I often take part in discussions and debates on leaders and leadership. Almost every time, the following question arises: are leaders born or made?
Well, for many years I thought that they were naturally born, that you need to be born with the leadership skills to effectively guide people, teams and organizations. That’s what I thought for a long time.
Then I had the chance to work, for a few years, with an outstanding, worldwide known mentor, from whom I had a lot to learn.
An American with impressive experience in ‘coaching’ high-level leaders, Ernie believed that leaders are made. People become leaders, if they are dedicated to learn how to.
This is how two perhaps different opinions met and gave rise to some remarkable conversations which were, at least for me, great reflection and learning opportunities.
The subject remained one of thought and observation, continuously generating questions.
What do we have to learn and develop in and for ourselves, as managers, teams or organization leaders?
I would start from the connections and influences that happen in organizations and determine the level of performance. Naturally, each of us monitor the performance of the organization we run, this is our role.
Despite that, the company’s performance and results are influenced by up to 35% by the organizational culture. Further, the organizational culture is influenced up to 70% by the behaviors of the leaders! Therefore, to the extent of about 25%, business results are altered by the behaviors of the leaders!
This is a conclusion that indicates a major direction of development within the organizations. We have a potential to improve business results by 25%, focusing on changing the behaviors of leaders on all levels. Is 25% negligible? Not at all!
This leads us to a new paradigm. With such an important effect, the development of leadership skills is not only in the field of human resources, but becomes a strategic, investment decision! We do not only spend in developing our leaders, but we invest in the company by concentrating on leaders and leadership. And, as I consider it a process associated to investments, it requires perseverance and strategic vision.
What does the organizational culture we want in the company we run look like? How long until we get there? Through what learning and changing processes will we get there?
Here are three questions we should generate clear and measurable answers to. These answers are what we work for and we implement together with our clients that chose their development.
Between the found answers and directions of leadership development, we discovered a wide range of expectations and needs. Obviously, the list is open, each of us creating the list that fits the company we run. It is important to have one and give it life in our company.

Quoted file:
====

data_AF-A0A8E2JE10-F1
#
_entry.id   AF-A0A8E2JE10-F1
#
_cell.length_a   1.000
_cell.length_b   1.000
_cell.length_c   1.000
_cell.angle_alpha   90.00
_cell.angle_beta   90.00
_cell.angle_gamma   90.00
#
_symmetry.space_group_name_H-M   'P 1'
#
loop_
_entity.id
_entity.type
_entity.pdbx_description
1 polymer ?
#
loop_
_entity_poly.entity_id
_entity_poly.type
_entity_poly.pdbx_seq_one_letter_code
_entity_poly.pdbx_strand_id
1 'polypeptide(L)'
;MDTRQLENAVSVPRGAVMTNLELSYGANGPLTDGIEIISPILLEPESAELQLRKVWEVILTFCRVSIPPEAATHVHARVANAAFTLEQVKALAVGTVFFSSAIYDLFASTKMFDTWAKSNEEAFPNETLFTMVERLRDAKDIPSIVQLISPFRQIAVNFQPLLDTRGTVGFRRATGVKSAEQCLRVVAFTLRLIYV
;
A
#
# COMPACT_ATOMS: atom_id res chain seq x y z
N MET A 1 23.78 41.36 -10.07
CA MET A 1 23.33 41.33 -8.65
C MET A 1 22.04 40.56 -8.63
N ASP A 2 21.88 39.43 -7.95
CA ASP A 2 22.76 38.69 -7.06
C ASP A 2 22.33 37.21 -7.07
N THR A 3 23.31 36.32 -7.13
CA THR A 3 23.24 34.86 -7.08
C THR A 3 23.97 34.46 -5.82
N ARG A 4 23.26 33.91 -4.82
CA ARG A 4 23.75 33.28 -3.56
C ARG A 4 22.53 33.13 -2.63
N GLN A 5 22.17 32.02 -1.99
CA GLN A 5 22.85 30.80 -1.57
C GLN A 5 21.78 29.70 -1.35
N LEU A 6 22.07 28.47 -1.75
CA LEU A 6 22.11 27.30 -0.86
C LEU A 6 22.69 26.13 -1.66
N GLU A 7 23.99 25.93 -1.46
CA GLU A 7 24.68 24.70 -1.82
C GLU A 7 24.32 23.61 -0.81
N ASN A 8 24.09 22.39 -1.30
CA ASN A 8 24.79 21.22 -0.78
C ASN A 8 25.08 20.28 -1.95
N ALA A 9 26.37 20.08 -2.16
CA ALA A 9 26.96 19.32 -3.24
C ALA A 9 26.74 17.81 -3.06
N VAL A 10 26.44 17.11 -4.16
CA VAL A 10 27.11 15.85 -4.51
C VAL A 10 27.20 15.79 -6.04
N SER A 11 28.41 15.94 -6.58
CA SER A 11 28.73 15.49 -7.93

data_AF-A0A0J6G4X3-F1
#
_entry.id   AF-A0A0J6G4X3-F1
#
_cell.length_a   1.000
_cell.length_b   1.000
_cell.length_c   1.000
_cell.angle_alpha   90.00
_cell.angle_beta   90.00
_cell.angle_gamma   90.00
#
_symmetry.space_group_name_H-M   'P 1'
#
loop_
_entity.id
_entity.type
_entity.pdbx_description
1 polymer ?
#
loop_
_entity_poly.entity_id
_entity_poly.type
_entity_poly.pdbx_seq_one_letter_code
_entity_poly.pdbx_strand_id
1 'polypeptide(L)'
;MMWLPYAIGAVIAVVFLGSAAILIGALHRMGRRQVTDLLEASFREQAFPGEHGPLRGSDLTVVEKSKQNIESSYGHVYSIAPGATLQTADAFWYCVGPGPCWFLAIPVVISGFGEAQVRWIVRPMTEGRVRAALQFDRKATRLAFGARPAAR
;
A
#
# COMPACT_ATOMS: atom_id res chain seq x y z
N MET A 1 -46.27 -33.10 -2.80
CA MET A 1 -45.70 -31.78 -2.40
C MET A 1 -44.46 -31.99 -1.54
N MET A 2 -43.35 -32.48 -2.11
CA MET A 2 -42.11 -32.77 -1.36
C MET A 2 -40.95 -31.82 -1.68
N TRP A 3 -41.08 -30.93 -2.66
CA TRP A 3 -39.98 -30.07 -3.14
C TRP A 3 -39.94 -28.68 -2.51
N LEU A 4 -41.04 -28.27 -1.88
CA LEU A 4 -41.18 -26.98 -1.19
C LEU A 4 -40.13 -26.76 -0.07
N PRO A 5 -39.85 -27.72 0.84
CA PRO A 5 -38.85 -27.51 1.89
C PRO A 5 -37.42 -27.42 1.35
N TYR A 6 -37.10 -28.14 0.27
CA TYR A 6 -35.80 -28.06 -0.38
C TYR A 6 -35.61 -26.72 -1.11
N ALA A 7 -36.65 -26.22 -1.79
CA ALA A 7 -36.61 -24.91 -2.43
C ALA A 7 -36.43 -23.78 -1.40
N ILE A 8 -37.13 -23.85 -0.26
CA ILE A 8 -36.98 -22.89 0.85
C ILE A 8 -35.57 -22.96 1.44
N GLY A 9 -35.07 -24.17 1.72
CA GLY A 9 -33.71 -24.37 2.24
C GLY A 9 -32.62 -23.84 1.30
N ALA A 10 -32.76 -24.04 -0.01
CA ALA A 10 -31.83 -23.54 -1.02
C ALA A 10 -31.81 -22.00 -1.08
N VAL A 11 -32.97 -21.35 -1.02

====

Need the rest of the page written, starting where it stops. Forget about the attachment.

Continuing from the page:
So, what do we most often encounter as development needs for leadership performance?
The ability to create a clear vision and share it.
We often get stuck in assumptions. We think, develop ideas and plans, then assume the members of our team or organization know and understand our strategy, goals, expectations.
’I told them.’
‘They should have known.’
These are just two expressions of assumption which have become convictions. These beliefs determine our behaviors and further the style of leadership. Helping the team to internalize our vision, as well as the journey towards achievement, involves a consistent persevering process, based on constant communication.
The genuine encouragement of constructive dialogue is an important part of the process of transmitting and internalizing the leadership vision. Therefore, encouragement of constructive dialogue becomes an essential element of company’s cultural model. Authentically appropriated, by leaders at all levels, this model of communication brings to the surface and exploits the potential of the team members and organization as a whole.
I wonder how would it be for each member of our teams to feel free to express their opinions, be creative and innovative; assume opinions and arguments, risks, actions, projects?
This way we reach the higher level of distributed leadership, a level where the delegation of authority is real, people are involved in their own continuous development as well as in the development of the company, where diversity is appreciated and valued.
What would our company look like if all these happened?
The good news is that continuous learning processes make it possible to change and adapt leaders’ behaviors to the organizational culture model we want to achieve and, as a consequence, towards the desired performance.
As I said, for me, too, it was a process of changing the beliefs and the level of understanding and awareness. Luckily for me, I had the opportunity to be supported during this process. And that brought me in the role of supporting, on my turn, transformational processes of this type in organizations that wanted to reach performance.
The main premise of the performance – Want it!
Let’s learn to manage it, to live with it!
Dan Berinde, Coach, Executive M.B.A.